(Watertown) It is deeply refreshing to see women amidst the revels of their maturity being embraced by playwrights as the medium for their works. There aren’t enough chewy roles for women past the age of ingenue naivete that embrace life beyond mother or spinsterhood. As an actress and feminist critic, it was a pleasure to watch On the Verge. Playwright Eric Overmyer has given Boston and its actors a gift and it is my hope that the community embraces it.
On the Verge is about three intrepid female explorers in search of adventure in Terra Incognita. While collecting data, photos and samples, our heroines spelunk and hack their way to new territory in space and time. The characters are based on actual accounts of Victorian-era lady explorers who defied the conventions of the time. They sought independence in the wilds beyond Westernized civilization and found it. Continue reading →
(Beverly) If a career coach ever did an aptitude test on a young Paula Poundstone and didn’t find she was cut out to be a comedian, that coach was a loser. Angular, socially awkward, and blessed and cursed with OCD that causes her to let loose a constant stream of sarcastic chatter, Poundstone found her calling on the comedy stage. She owned the North Shore Music Theatre for one night this past April and left the crowd feeling happy and confused. Continue reading →
(Stoneham) There is nowhere to hide with a new musical. Unlike a fresh drama, where an audience can be tricked into going along if there’s enough shouting, as soon as an actor opens her mouth to start singing, the audience can tell whether the song enhances or detracts from the plot, usually with disastrous results. Continue reading →
(Watertown, MA)The Third Story is Charles Busch’s devotional to Mothers and their Mama’s Boys everywhere. Screenwriter Peg lures her son Drew back into the business via a narrative of Gangster Noir, B-movie Sci-Fi, Russian fairytale and the kind of motherly affection psychologists use to warm their couches. Peg’s excuse is McCarthyism but her vehicle is a journey through the psyche of a co-dependent man emotionally unprepared to leave the nest. Continue reading →
(Winchester, MA) When I watch an Olympic gymnast fly on the balance beam or the uneven bars, I
know I am watching genius, not because I know the difference between a punch- front summersault and a double pike, but because they make it look easy, effortless. The same can be said of playwright Robert Harling, the author of Steel Magnolias. Continue reading →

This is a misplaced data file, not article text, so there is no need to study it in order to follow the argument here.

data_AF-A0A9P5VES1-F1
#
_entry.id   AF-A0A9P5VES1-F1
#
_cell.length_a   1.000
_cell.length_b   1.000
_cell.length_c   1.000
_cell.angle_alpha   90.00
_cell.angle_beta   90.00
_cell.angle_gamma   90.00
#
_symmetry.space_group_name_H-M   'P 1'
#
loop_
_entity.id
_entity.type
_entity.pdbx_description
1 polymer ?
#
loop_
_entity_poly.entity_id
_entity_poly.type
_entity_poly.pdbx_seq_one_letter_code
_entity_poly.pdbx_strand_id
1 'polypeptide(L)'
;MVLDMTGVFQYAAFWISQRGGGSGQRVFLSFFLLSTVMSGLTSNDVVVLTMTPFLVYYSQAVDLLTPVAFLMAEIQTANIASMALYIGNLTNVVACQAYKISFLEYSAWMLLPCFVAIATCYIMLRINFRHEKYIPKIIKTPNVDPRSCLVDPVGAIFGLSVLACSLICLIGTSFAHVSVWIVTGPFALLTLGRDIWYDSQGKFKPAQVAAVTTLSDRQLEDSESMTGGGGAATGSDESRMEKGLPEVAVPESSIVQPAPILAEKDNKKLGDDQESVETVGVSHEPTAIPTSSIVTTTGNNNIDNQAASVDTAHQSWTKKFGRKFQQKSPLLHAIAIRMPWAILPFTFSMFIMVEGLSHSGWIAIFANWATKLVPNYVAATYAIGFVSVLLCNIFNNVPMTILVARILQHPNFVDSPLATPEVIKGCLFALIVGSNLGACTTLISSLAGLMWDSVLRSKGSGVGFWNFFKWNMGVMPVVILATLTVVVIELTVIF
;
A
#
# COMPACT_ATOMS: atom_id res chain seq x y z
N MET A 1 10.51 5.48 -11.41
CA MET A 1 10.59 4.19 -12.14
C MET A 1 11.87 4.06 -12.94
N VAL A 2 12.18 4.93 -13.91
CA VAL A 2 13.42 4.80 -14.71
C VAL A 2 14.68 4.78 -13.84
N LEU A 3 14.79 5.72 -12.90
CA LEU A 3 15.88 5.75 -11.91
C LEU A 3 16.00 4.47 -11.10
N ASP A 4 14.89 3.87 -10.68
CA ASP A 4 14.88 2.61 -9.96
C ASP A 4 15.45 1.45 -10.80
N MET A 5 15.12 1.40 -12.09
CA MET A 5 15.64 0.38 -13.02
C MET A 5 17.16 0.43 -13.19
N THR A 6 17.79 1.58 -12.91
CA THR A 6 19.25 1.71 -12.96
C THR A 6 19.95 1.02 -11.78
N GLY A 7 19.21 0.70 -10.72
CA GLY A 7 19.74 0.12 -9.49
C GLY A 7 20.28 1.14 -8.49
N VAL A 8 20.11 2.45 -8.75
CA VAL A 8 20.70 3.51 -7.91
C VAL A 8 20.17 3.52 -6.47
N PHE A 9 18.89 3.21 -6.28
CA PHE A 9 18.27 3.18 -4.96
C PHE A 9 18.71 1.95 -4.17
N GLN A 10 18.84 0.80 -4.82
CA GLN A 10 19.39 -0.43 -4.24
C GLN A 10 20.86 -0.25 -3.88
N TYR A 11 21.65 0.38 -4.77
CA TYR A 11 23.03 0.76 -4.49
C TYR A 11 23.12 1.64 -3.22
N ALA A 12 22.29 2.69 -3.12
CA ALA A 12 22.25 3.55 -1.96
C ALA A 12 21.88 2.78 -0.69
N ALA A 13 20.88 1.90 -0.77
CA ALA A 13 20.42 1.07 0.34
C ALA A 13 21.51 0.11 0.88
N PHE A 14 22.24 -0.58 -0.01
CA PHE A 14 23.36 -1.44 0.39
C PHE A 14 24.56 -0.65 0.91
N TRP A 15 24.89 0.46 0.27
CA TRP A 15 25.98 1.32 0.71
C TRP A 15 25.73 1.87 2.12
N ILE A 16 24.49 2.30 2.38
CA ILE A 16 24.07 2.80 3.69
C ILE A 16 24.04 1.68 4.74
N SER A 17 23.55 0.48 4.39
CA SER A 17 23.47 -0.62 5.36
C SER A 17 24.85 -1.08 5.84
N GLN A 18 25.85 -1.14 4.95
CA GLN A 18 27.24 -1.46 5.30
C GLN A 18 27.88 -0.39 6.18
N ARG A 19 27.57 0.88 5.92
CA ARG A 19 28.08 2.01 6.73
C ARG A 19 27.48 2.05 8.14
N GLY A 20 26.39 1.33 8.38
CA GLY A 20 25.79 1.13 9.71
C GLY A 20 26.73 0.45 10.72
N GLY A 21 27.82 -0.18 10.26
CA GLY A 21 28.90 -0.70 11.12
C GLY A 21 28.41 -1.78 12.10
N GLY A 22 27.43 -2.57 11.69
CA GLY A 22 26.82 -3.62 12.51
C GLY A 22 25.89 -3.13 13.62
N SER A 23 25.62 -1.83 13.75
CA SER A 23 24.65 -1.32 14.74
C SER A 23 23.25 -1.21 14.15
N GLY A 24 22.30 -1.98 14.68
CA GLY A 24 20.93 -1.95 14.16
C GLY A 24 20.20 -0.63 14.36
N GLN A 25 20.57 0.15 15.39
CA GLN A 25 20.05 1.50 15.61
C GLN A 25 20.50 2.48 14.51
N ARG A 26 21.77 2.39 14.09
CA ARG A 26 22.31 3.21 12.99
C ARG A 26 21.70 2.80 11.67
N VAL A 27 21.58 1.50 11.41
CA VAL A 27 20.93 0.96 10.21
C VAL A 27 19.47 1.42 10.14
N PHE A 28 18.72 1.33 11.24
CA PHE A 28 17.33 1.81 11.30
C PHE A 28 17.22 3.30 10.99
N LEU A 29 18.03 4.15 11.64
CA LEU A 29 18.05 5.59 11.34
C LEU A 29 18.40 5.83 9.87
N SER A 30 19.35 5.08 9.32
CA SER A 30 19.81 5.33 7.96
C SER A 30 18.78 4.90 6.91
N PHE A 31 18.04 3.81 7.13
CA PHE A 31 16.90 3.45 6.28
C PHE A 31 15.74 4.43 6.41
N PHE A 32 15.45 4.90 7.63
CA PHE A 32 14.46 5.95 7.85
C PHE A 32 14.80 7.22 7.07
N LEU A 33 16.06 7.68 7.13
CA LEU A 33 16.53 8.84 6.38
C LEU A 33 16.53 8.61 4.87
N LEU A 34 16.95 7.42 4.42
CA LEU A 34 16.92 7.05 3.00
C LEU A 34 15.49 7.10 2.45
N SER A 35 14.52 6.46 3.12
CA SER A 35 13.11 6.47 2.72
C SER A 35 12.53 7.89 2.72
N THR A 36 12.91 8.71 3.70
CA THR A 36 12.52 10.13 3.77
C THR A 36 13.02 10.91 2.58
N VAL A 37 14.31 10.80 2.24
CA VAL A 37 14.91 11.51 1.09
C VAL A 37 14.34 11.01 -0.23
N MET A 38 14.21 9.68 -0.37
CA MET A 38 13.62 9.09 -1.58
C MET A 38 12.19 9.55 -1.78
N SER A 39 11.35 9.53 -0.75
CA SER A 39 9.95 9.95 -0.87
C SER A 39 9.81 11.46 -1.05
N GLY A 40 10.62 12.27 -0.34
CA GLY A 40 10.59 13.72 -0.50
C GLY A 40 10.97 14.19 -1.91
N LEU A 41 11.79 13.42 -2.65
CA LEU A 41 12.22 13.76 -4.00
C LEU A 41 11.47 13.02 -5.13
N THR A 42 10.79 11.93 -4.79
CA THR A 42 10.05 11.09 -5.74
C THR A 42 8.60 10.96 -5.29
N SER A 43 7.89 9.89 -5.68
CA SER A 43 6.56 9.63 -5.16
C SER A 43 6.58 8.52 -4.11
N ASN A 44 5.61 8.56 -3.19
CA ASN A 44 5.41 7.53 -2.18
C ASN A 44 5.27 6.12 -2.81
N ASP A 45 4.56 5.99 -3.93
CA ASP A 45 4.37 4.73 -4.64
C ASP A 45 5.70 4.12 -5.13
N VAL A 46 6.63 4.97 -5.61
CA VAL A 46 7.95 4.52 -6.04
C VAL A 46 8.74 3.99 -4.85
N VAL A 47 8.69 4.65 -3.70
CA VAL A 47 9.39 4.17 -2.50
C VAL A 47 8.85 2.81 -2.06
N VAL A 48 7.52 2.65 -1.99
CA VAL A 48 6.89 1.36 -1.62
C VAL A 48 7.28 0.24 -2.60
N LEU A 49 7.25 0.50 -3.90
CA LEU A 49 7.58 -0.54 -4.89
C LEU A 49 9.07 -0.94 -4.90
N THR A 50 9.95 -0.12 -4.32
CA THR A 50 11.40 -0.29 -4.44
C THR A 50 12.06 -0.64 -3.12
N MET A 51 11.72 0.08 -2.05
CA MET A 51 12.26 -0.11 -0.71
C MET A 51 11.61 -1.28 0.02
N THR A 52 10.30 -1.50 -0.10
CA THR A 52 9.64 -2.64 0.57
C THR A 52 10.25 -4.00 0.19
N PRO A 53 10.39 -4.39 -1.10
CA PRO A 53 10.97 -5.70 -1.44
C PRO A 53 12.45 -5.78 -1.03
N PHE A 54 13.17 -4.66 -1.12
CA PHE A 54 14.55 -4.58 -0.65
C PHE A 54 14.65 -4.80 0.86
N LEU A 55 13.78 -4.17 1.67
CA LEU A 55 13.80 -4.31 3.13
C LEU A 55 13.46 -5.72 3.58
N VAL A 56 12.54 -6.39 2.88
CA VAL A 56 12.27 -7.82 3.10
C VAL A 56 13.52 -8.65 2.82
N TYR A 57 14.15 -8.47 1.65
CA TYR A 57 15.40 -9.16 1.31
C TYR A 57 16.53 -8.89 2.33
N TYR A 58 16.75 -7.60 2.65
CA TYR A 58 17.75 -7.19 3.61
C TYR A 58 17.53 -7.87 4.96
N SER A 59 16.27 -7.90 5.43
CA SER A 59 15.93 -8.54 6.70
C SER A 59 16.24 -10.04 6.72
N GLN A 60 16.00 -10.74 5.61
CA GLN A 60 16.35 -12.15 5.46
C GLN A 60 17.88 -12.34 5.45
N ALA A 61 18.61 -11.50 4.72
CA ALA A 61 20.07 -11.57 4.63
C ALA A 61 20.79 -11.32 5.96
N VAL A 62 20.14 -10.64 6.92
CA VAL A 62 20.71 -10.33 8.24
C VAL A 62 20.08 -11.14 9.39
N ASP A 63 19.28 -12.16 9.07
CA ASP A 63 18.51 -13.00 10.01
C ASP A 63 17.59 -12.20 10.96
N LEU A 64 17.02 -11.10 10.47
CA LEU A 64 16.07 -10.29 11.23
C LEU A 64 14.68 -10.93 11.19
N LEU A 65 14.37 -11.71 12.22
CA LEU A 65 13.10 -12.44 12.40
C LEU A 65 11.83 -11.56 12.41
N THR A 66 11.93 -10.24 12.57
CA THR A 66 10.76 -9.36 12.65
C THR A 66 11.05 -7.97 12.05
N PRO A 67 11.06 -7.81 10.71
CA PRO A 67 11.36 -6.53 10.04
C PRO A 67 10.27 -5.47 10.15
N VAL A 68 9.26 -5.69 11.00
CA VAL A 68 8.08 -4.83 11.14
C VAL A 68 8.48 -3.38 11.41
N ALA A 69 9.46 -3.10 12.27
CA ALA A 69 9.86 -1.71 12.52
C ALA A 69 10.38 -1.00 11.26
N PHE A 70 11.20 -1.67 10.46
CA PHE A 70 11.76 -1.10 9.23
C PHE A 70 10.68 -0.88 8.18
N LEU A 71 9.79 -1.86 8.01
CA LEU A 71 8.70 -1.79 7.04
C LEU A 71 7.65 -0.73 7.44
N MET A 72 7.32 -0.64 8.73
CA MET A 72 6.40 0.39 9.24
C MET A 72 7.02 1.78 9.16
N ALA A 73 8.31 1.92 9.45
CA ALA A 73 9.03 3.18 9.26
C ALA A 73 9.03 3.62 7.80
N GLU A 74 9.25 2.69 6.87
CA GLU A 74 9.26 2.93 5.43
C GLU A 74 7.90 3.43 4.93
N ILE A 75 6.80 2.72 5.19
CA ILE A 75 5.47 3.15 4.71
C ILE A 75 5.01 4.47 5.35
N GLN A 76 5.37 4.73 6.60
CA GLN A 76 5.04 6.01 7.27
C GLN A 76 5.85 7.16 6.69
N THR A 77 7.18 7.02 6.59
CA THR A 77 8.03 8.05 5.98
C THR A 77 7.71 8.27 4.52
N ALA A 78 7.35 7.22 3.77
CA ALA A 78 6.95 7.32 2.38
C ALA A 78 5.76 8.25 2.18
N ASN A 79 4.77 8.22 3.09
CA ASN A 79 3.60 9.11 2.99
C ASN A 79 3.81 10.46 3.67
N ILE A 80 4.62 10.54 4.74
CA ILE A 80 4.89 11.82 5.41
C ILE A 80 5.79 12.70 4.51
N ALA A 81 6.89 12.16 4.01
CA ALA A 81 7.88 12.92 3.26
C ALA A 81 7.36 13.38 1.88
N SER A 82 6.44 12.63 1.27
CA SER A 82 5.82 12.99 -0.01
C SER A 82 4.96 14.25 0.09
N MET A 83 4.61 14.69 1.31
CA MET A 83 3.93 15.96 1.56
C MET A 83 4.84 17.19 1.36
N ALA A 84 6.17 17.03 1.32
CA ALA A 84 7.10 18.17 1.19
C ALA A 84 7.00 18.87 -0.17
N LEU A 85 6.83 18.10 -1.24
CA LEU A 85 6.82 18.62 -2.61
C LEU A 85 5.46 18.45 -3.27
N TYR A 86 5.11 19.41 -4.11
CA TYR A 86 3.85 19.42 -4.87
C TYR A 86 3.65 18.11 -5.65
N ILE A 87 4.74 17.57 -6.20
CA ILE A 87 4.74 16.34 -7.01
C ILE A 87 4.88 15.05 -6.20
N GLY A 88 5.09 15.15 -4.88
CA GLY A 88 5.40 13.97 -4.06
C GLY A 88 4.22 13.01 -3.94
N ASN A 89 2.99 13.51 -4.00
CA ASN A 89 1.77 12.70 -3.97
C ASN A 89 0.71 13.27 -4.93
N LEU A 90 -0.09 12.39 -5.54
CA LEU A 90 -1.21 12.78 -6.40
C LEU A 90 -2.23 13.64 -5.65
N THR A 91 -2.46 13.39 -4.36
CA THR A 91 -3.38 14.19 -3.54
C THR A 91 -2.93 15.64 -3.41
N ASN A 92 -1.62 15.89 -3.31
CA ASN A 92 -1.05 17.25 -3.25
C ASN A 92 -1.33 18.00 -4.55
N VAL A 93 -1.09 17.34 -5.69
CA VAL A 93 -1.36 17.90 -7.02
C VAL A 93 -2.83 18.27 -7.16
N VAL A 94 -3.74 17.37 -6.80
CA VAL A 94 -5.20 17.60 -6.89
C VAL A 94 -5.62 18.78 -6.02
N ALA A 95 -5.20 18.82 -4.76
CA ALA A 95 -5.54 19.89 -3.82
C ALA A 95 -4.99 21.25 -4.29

(Chelsea, MA) In a twist on Shakespeare in the Park, the Apollinaire Theatre Company has chosen to perform a free production of Tom Stoppard’s Rosencrantz and Guildenstern Are Dead during the most gorgeous time of year. Each act is in a different location through out Mary O’Malley Park with the audience following the actors during intermission. The sunset, view of the river, docks, mural, and brilliant staging make a surprisingly fitting backdrop for Stoppard’s clever script. Continue reading →
They’re ba-ack…Alice, John, and Michelle return to thwart the troublesome MBTA. On June 8th, T: An MBTA Musical, the surprising smash hit of last summer, makes stops at Club Oberon. Where do ideas for musicals come from? Melissa Carubia, the show’s composer, takes us on the underground journey.
(Arlington, MA) We’ve all been there (well, at least anyone 25 or older). Years pass; we have successes and failures. And then it hits us–where did all those years go? Remember the wide-eyed 18 year old who thought he/she had everything figured out? Monsters! A Midlife Musical looks at what happens when all of the insecurities, all of the doubts, and all of the concessions that have been made in Samantha’s life confront her on her 40th birthday. Continue reading →
(Watertown, MA) Art is…well, about art–the styles, philosophies, the impact on the individual. When a person creates a work of art, using quality tools always helps in creating a quality piece (although that’s not to say that there aren’t some interesting works of art made from found objects). Antonio Ocampo-Guzman starts with some of the finest: a brilliant script and a trio of Boston talent. Without any deeper analysis, those are two reasons to see the show. The problem with art, as the play postulates, is that art is subjective and will not necessarily be seen the same through the same lens by each person. Continue reading →
(Manchester, NH) They usually don’t hand out acting awards for comedies, and that is a crying shame. Is it really harder for an actor to emote than pratfall down the stairs a dozen times a show? Is biting dialogue really harder to memorize than fifty quick entrances and exits? A farce may be light on character development, but it is a full-court press of physicality and split-second acting.